The bid protest system allows contractors to challenge a contract award based on any number of different improprieties they believe resulted or will result in an improper contract award, including improper source selections, organizational conflicts of interest, improper cost/technical tradeoffs for "best-value" procurements, and unbalanced bidding.
If successful, the protesting party may have the award overturned and a new competition held. Contractors may pursue several different avenues to litigate their bid protests: agency, board of contract appeals, Court of Federal Claims, and/or other federal courts. Each forum has its own set of substantive and procedural rules. The Teaming Arrangement
Having government contract specialists on the team to help formulate and coordinate pre-award and overall strategies, recommend post-award procedures for minimizing legal and contract administration difficulties, identify significant issues and problems, and be available for immediate consultation, rather than exclusively retaining a government contracts firm to prosecute the claim, provides primary counsel with involvement and control throughout the entire litigation.
Such an arrangement may keep the costs of litigation lower, because the client is not using the government contracts firm as "first chair" in the litigation. Similarly, government contract lawyers can provide specialized advice without necessarily having to devote hours of research to a particular issue.
This "partnership" can also work to represent a client's interests in commercial litigation. Often, disputes arise throughout the different tiers of a contract, i.e., between the prime contractor and subcontractor. However, subcontractors do not have any privity with the government, thereby preventing them from filing a claim at the agency boards or in the Court of Federal Claims. Instead, they are limited to the proper state or federal court to litigate disputes. Government contract lawyers can provide specialized government contracts advice--about document control and analysis, interrogatories and depositions, or the trial--while the client's primary commercial lawyer assumes "first chair" responsibilities over the entire course of the litigation.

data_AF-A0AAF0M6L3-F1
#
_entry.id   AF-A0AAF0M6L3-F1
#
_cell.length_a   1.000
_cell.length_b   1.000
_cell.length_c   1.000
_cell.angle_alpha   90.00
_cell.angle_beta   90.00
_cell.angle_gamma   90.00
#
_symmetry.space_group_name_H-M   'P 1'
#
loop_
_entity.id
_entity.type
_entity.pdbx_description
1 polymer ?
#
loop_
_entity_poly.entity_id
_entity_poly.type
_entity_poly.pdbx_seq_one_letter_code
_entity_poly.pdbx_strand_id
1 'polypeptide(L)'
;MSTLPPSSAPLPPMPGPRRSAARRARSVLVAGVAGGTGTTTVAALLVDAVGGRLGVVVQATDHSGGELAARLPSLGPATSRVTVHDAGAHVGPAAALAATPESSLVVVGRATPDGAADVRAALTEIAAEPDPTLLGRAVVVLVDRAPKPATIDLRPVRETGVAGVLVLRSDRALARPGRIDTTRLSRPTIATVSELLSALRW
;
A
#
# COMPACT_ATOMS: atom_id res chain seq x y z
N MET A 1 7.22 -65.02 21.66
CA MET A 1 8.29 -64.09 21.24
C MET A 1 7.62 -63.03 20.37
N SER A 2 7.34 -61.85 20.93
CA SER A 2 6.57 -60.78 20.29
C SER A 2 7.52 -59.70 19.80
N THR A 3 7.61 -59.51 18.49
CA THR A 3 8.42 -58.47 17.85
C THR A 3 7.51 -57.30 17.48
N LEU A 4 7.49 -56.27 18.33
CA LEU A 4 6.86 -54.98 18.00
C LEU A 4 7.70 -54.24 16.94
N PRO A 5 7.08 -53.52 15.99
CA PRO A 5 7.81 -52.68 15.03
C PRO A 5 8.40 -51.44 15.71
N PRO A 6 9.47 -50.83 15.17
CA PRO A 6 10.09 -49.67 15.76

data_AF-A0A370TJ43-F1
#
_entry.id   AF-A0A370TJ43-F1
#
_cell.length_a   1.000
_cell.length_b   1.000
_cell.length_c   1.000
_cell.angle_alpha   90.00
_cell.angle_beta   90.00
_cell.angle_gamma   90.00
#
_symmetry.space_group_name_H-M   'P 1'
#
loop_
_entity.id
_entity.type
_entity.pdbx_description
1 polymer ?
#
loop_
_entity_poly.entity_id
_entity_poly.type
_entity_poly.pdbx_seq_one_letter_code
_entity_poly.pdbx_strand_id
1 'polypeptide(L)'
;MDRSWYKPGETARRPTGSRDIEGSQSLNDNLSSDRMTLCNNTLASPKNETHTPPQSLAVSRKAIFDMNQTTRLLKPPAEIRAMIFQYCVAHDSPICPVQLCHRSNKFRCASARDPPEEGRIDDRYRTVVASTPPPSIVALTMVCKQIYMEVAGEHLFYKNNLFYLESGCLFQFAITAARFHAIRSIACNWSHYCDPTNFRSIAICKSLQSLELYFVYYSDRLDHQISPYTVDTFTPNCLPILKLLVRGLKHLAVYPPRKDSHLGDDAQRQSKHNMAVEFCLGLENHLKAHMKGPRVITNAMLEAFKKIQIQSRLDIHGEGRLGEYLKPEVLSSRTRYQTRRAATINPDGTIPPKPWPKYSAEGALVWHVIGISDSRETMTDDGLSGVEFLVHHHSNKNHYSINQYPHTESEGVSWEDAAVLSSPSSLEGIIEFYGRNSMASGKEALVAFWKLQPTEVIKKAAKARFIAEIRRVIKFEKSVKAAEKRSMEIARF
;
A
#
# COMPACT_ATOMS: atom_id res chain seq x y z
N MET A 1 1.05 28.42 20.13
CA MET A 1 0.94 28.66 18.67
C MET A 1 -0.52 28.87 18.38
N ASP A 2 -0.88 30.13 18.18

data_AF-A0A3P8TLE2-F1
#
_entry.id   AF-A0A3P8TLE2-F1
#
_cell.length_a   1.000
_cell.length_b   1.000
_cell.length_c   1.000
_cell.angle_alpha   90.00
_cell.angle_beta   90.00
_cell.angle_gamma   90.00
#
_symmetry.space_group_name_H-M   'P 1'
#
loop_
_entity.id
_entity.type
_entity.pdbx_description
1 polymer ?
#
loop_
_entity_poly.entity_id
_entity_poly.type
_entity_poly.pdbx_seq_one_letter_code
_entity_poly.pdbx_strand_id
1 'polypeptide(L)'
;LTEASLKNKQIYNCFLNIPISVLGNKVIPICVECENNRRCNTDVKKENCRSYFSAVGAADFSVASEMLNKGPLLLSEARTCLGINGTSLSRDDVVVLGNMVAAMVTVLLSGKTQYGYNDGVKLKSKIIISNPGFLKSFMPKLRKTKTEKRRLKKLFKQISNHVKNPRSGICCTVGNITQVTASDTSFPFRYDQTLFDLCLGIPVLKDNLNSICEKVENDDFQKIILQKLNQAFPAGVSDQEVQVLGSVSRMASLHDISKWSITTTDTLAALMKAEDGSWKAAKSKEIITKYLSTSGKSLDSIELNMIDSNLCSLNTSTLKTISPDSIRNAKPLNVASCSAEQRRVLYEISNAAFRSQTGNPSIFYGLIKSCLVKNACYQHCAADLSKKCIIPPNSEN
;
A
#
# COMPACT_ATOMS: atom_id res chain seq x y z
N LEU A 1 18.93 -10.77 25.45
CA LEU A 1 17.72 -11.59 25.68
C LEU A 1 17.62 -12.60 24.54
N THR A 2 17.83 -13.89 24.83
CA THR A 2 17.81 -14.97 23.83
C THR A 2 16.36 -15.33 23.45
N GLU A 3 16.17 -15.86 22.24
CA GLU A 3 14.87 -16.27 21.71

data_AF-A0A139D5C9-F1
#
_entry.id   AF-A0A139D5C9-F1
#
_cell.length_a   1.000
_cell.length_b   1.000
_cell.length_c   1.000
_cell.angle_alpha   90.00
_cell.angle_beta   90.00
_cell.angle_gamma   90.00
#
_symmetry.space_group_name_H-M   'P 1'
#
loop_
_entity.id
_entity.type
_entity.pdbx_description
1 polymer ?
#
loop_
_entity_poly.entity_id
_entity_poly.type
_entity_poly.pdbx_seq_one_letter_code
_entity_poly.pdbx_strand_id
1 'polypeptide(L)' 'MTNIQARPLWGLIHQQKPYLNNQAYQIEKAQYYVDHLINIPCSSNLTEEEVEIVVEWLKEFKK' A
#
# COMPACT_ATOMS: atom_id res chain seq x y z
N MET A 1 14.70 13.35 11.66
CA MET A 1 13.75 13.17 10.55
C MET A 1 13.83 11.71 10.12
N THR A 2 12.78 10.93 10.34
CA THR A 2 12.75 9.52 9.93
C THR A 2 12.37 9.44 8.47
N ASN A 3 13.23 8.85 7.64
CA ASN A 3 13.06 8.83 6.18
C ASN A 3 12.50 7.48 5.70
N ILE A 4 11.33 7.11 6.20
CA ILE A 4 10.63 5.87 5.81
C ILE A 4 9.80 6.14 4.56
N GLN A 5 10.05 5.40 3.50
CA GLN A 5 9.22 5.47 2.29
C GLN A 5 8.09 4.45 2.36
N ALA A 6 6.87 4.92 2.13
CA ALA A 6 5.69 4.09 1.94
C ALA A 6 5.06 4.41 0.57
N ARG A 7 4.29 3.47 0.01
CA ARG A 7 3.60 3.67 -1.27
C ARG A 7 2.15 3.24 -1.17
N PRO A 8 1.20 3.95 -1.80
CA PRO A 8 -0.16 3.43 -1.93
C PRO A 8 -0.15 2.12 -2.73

Contractors can still profitably win new contracts by sharing risk with fellow contractors at all tiers and by preempting or mitigating risk in their FAFOs. In the past, contractors could rely on the implied warranty of military specifications, so work-around solutions to performance difficulties were readily negotiated to compensate contractors for additional cost, lost profit, and schedule slippages. Much of legal counsel's activity naturally occurred during execution of the contract rather than prior to contract award.
However, performance specifications now potentially preclude a contractor's ability to "get healthy" during performance, because the successful bidder will have effectively assumed that risk from drafting its own statement of work. A number of strategies are available to help shift a portion of your client's risk to the other contractors involved in the procurement, thereby minimizing the client's exposure to unintended or adverse consequences.
The new constriction of the competitive range on initial proposals demands the early drafting of risk-mitigation plans. Fortunately, lawyers can develop strategies to avert, contain, share, or shift that risk without losing customer goodwill, whether or not litigation is required.
Protecting Proprietary Assets
Additional issues, from intricate negotiation of proprietary technologies to critical software subroutines on major systems, also can be defined during discussions after the bidder is safely within the constricted competitive range or is designated as the apparent awardee. Meticulous pre-award identification of technical data and computer software is required to avoid a waiver of proprietary rights and to avert unfounded civil and criminal liability claims.